It’s an uncomfortable sight:
That’s the amount of space I have left on my main editing drive, a 2TB firewire 800 affair. My other editing drive is worse, giving the proverbial sardines a run for their money in the “tightly packed” stakes. I’ve even resorted to using my desktop drive (which we all know we shouldn’t use for video editing) and even that has less than 100GB available from a totoal of 2TB.
With so little space, the drives’ performance starts to suffer and of course you can’t add new footage. Time for some new drives, and large enough to cope with two or three big film projects and still have room to spare. With that requirement, you have to start looking beyond the usual Western Digital-type external drives you find in FNAC or MediaMarkt. With a budget of ~£1000 I was looking for 12TB of Network Attached Storage (NAS) and thought I’d settled on a QNAP 469 with four, 3TB Seagate SATA III hard drives.
But then I started getting a little jittery (that’s a lot of money after all). My editing machine at the moment is a 2010 iMac i5. Apple, being Apple, had put a below-par network card in this machine. It supports Gigabit ethernet, but not, amazingly, jumbo frames. I was a little concerned that without this support, the drive speed wouldn’t be as good as firewire 800, which is 100MB/s. I’d been reading on the internet that people were getting transfer speeds with NAS drives and this iMac of around 50MB/s which is not good enough for editing. So I started looking at a G-Tech G-Speed Q firewire drive. I didn’t really want to get firewire; the beauty of a NAS is that it connects to the computer over ethernet, so you can just set it up and forget about it, even have the unit in another room. A firewire drive would take up my sole firewire port and I’d have to watch where I put my feet so as not to pull out the cable.
So I took the risk and bought the NAS. I figured I’d learn more at least anyway.
Very easy this one. Insert the four hard drives, connect the unit to a gigabit ethernet switch (I use the Netgear GS108) and connect the mac to the switch as well.
I’m not an expert on how RAID works. All I know is that it allows you to link together several hard drives into a single volume and offers different levels of protection against data loss. If I was using a single disk and that disk failed, I’d very likely lose all the data. With a RAID however, that wouldn’t be the case, depending on what RAID level I’m using. I experimented with RAID 1+0, and RAID 5.
Checking the disk performance with Blackmagic Disk Speed Test, RAID 1+0 came out on top: a whopping 100.5 MB/s read/write. (Those fears about speeds were unfounded, but I think that what jumbo frames does is to take the load off the CPU in processing the ethernet data.) RAID 1+0 can survive two disk failures, as long as the disks are not adjacent to each other. The penalty is that the capacity is reduced to 50% of the total array size, so in this case I’d have 6TB available.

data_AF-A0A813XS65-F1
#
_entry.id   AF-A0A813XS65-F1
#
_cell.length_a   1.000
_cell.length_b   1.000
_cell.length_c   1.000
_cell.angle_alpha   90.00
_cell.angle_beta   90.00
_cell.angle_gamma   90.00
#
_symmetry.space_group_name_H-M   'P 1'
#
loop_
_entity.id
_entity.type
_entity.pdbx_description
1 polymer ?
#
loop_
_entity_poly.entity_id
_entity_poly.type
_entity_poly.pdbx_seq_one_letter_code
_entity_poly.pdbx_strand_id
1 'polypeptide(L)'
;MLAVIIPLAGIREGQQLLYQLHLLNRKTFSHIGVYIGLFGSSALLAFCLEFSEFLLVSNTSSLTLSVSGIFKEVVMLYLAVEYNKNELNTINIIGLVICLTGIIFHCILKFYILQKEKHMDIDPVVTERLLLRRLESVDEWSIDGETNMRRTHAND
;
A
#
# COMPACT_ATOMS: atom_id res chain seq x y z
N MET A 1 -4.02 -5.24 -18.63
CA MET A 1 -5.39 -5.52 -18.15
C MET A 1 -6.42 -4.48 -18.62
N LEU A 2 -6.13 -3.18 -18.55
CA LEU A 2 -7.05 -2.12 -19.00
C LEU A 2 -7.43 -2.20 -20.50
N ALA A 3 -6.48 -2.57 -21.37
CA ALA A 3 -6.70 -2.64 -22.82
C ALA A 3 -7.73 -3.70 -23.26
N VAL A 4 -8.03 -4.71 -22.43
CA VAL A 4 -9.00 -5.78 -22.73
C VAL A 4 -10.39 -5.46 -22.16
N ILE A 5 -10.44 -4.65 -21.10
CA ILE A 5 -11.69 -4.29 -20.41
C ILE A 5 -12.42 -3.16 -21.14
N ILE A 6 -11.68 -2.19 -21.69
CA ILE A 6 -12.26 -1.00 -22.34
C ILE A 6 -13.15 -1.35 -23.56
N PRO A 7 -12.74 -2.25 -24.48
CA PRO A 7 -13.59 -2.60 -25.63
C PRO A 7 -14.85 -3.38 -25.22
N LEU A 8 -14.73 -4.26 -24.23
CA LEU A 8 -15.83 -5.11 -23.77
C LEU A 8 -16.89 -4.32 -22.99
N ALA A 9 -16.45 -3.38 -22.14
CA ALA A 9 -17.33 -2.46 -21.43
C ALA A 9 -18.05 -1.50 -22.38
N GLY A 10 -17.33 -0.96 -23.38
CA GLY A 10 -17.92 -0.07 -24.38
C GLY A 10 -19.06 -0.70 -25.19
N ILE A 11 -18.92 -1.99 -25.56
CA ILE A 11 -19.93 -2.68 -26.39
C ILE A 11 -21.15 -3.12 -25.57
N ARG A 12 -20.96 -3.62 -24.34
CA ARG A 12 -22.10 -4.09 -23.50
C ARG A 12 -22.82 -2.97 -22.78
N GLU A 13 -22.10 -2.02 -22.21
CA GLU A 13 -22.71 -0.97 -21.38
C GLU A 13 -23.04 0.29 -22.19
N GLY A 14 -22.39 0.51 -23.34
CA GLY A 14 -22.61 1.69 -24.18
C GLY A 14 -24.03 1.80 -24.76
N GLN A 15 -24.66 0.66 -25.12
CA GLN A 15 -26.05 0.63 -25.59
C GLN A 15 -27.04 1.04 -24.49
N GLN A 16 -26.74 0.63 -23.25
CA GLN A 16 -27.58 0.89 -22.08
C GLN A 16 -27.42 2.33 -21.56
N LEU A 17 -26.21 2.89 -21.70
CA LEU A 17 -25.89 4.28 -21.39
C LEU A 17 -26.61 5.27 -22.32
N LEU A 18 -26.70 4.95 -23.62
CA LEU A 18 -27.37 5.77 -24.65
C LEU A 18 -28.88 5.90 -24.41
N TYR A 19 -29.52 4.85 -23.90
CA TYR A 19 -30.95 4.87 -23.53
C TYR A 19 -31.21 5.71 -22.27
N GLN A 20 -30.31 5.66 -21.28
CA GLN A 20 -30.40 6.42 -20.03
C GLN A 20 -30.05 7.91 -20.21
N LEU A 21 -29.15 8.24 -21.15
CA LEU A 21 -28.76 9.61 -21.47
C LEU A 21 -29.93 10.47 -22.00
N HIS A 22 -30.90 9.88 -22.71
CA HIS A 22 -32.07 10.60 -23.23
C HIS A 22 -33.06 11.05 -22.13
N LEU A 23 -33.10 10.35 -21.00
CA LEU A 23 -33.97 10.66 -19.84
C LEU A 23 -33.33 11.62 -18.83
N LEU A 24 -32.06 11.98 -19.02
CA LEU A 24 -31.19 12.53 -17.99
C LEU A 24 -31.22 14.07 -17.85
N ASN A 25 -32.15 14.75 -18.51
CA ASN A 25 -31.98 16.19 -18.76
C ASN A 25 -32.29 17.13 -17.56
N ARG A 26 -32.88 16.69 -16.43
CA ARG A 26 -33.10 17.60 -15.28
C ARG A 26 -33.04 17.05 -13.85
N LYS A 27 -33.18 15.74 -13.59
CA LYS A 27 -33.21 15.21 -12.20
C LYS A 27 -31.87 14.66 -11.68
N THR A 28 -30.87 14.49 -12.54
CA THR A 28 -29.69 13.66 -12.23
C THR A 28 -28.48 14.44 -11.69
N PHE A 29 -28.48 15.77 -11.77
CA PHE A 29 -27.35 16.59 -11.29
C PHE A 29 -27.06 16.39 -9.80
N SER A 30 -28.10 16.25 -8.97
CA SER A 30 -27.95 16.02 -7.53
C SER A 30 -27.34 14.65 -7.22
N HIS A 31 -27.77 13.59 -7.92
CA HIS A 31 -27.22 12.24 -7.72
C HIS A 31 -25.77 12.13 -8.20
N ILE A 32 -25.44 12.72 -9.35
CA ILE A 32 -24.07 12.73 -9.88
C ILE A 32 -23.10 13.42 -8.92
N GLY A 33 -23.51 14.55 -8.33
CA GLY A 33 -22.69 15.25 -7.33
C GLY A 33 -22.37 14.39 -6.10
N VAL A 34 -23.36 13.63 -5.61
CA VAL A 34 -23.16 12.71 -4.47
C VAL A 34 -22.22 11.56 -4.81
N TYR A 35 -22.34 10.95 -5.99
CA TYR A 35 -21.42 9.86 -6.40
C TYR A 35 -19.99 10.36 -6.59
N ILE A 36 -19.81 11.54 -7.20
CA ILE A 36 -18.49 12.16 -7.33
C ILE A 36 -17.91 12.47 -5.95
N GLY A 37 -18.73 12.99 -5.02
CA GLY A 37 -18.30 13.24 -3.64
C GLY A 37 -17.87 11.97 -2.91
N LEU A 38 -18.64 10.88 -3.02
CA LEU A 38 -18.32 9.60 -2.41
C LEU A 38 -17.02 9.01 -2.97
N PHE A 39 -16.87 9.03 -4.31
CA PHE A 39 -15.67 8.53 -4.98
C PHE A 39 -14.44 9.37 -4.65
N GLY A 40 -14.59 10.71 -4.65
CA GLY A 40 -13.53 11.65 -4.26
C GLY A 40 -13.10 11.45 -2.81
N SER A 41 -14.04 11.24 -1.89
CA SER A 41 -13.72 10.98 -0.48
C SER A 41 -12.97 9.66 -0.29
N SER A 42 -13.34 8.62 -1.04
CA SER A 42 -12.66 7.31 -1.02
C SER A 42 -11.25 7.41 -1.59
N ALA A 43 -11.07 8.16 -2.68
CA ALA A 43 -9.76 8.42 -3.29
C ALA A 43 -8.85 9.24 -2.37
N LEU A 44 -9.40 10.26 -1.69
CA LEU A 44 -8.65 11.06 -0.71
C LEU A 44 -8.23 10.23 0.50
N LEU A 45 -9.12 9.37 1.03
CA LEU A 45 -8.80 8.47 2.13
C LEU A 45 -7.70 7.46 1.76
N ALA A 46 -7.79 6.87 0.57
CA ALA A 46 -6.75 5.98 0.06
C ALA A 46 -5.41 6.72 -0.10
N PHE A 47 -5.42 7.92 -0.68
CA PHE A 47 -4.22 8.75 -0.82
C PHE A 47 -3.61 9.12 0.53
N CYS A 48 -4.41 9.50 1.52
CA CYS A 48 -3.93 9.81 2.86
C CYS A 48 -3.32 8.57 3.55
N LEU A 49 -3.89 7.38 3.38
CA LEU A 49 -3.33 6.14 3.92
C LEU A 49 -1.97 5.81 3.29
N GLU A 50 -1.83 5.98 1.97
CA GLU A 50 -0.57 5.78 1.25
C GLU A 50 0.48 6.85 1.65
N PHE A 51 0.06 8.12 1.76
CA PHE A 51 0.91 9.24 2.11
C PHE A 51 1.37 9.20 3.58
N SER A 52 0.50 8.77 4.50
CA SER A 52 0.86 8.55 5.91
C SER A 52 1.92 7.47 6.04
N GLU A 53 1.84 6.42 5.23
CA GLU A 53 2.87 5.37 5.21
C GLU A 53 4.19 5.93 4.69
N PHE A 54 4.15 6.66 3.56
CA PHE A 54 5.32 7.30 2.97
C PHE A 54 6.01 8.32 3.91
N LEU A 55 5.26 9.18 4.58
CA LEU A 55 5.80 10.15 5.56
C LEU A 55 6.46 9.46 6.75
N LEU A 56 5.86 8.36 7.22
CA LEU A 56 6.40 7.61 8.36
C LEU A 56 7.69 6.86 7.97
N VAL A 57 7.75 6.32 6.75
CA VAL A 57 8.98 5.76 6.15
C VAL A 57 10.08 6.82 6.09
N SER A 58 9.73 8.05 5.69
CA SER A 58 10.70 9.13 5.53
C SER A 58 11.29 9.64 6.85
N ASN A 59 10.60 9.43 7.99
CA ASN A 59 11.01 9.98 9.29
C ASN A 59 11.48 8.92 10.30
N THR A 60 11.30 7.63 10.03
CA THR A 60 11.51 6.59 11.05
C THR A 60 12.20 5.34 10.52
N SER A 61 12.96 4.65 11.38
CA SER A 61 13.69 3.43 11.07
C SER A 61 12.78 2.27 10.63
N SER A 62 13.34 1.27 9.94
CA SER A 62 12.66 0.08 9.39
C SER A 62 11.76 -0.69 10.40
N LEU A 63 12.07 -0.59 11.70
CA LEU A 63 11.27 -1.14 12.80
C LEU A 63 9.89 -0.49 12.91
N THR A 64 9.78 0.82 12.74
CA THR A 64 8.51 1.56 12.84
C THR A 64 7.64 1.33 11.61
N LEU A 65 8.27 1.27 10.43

RAID 5 only uses one disk to store the protection information, so would give me a total of 9TB. The trade-off is that only one disk failure can be tolerated. If a second drive were to fail before you replaced the first faulty one, the data would be gone. There’s also a slight speed penalty; the Balckmagic app was giving me a read/write speed of about 94MB/s. I can live with that!
NLEs and NAS
Next step is to get the editing software working with the NAS.
FCP: No problem. FCP don’t care where the media is. Set your Capture Scratch folder to wherever on the NAS and it’s good to go.
Davinci Resolve: Little confusing this one. I navigate to the NAS and select a folder in the top level, but this only appears as “/”, the absolute top level of the computer. A test sequence sent to Resolve works, but first, in the conform window, I have to navigate to the NAS folder where the media is for Resolve to bring it in to a session.
ProTools: No problems here. Set the Volume to “Record” in the Workspaces window and it’s ready to go.
Avid: Heh heh, Avid. This one really does care where your media is and it has to be in the the Avid MediaFiles folder on the drive top level. Normally this is automatically created and normally Avid only likes network storage like ISIS, way beyond my current budget. And in any case, I’m only one editor, and ISIS is geared towards large post houses with several editors working on a project. Initially Avid didn’t recognise my NAS, but typing ALLDRIVES into the console window tells Avid to recognise every drive on the system as a media drive. This works but there’s an annoying feature that tells me Avid can’t save the project when I create a new bin or click Save. The project does get saved, so why this is happening needs some figuring out. Anyway, performance seems to be good for now and it’s very nice to see this: